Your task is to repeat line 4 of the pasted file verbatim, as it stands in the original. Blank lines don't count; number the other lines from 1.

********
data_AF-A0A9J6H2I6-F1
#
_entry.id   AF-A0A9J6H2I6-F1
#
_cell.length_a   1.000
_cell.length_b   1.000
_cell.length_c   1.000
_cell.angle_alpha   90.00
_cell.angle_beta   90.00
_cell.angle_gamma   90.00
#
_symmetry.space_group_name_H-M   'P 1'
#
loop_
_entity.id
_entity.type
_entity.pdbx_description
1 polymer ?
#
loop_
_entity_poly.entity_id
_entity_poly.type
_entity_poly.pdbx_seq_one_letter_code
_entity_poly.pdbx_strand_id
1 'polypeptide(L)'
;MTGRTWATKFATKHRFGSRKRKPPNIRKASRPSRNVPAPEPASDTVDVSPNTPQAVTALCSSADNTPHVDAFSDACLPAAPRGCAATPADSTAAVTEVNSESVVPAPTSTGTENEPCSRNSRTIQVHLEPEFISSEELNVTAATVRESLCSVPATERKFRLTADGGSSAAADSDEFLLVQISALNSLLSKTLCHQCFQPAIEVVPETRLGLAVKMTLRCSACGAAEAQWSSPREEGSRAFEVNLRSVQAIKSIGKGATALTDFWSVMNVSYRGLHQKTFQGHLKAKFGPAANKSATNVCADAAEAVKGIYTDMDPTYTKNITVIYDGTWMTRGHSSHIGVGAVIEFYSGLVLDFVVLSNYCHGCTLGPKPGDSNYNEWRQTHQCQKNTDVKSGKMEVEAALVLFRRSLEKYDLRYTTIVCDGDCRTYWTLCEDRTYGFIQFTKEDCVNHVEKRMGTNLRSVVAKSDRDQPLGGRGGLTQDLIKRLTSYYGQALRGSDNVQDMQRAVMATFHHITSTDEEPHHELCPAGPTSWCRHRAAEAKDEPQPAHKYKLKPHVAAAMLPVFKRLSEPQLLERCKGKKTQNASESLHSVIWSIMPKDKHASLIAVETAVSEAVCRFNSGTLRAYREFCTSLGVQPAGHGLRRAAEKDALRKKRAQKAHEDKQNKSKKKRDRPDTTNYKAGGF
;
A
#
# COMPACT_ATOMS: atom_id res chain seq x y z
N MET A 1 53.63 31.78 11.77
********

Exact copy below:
#